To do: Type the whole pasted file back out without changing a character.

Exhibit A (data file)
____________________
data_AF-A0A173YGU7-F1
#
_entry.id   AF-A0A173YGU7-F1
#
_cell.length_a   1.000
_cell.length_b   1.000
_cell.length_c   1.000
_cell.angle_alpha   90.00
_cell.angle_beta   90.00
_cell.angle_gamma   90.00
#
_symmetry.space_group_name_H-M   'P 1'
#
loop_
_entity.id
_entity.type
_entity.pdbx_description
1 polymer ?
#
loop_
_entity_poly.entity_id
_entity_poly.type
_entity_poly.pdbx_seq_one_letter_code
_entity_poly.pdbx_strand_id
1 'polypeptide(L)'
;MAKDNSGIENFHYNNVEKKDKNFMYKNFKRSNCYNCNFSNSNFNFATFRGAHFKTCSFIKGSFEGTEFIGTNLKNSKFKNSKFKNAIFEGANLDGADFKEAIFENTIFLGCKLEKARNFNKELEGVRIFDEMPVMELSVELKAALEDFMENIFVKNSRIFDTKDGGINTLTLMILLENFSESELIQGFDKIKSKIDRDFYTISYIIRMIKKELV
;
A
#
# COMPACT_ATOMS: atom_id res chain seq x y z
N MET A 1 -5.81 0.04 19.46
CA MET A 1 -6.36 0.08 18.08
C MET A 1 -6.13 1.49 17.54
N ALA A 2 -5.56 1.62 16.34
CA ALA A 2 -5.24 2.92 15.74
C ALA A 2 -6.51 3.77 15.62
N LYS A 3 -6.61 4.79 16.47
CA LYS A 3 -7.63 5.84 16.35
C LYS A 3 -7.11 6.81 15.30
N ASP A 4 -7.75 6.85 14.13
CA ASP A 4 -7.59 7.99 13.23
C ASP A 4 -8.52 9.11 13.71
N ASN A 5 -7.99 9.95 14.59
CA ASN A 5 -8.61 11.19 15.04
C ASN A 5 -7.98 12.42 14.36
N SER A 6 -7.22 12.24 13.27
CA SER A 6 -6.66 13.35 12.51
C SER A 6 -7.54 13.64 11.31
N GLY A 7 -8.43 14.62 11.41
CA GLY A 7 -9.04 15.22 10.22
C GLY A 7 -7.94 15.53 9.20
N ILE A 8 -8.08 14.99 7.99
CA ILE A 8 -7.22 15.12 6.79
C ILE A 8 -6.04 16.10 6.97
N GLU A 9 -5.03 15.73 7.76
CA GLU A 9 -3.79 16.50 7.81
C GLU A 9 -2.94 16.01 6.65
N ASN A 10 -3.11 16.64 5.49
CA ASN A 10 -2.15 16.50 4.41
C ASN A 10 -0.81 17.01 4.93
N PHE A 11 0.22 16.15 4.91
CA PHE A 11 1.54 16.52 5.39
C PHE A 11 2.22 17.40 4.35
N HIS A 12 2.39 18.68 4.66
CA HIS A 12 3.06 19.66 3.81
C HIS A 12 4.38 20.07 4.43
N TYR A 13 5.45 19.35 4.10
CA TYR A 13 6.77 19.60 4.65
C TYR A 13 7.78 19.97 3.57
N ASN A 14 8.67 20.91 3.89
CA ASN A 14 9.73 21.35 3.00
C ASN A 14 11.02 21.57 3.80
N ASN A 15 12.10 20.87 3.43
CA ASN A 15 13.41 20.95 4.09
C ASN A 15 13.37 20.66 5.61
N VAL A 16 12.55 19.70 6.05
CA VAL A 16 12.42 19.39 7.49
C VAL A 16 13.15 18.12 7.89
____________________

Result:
data_AF-A0A173YGU7-F1
#
_entry.id   AF-A0A173YGU7-F1
#
_cell.length_a   1.000
_cell.length_b   1.000
_cell.length_c   1.000
_cell.angle_alpha   90.00
_cell.angle_beta   90.00
_cell.angle_gamma   90.00
#
_symmetry.space_group_name_H-M   'P 1'
#
loop_
_entity.id
_entity.type
_entity.pdbx_description
1 polymer ?
#
loop_
_entity_poly.entity_id
_entity_poly.type
_entity_poly.pdbx_seq_one_letter_code
_entity_poly.pdbx_strand_id
1 'polypeptide(L)'
;MAKDNSGIENFHYNNVEKKDKNFMYKNFKRSNCYNCNFSNSNFNFATFRGAHFKTCSFIKGSFEGTEFIGTNLKNSKFKNSKFKNAIFEGANLDGADFKEAIFENTIFLGCKLEKARNFNKELEGVRIFDEMPVMELSVELKAALEDFMENIFVKNSRIFDTKDGGINTLTLMILLENFSESELIQGFDKIKSKIDRDFYTISYIIRMIKKELV
;
A
#
# COMPACT_ATOMS: atom_id res chain seq x y z
N MET A 1 -5.81 0.04 19.46
CA MET A 1 -6.36 0.08 18.08
C MET A 1 -6.13 1.49 17.54
N ALA A 2 -5.56 1.62 16.34
CA ALA A 2 -5.24 2.92 15.74
C ALA A 2 -6.51 3.77 15.62
N LYS A 3 -6.61 4.79 16.47
CA LYS A 3 -7.63 5.84 16.35
C LYS A 3 -7.11 6.81 15.30
N ASP A 4 -7.75 6.85 14.13
CA ASP A 4 -7.59 7.99 13.23
C ASP A 4 -8.52 9.11 13.71
N ASN A 5 -7.99 9.95 14.59
CA ASN A 5 -8.61 11.19 15.04
C ASN A 5 -7.98 12.42 14.36
N SER A 6 -7.22 12.24 13.27
CA SER A 6 -6.66 13.35 12.51
C SER A 6 -7.54 13.64 11.31
N GLY A 7 -8.43 14.62 11.41
CA GLY A 7 -9.04 15.22 10.22
C GLY A 7 -7.94 15.53 9.20
N ILE A 8 -8.08 14.99 7.99
CA ILE A 8 -7.22 15.12 6.79
C ILE A 8 -6.04 16.10 6.97
N GLU A 9 -5.03 15.73 7.76
CA GLU A 9 -3.79 16.50 7.81
C GLU A 9 -2.94 16.01 6.65
N ASN A 10 -3.11 16.64 5.49
CA ASN A 10 -2.15 16.50 4.41
C ASN A 10 -0.81 17.01 4.93
N PHE A 11 0.22 16.15 4.91
CA PHE A 11 1.54 16.52 5.39
C PHE A 11 2.22 17.40 4.35
N HIS A 12 2.39 18.68 4.66
CA HIS A 12 3.06 19.66 3.81
C HIS A 12 4.38 20.07 4.43
N TYR A 13 5.45 19.35 4.10
CA TYR A 13 6.77 19.60 4.65
C TYR A 13 7.78 19.97 3.57
N ASN A 14 8.67 20.91 3.89
CA ASN A 14 9.73 21.35 3.00
C ASN A 14 11.02 21.57 3.80
N ASN A 15 12.10 20.87 3.43
CA ASN A 15 13.41 20.95 4.09
C ASN A 15 13.37 20.66 5.61
N VAL A 16 12.55 19.70 6.05
CA VAL A 16 12.42 19.39 7.49
C VAL A 16 13.15 18.12 7.89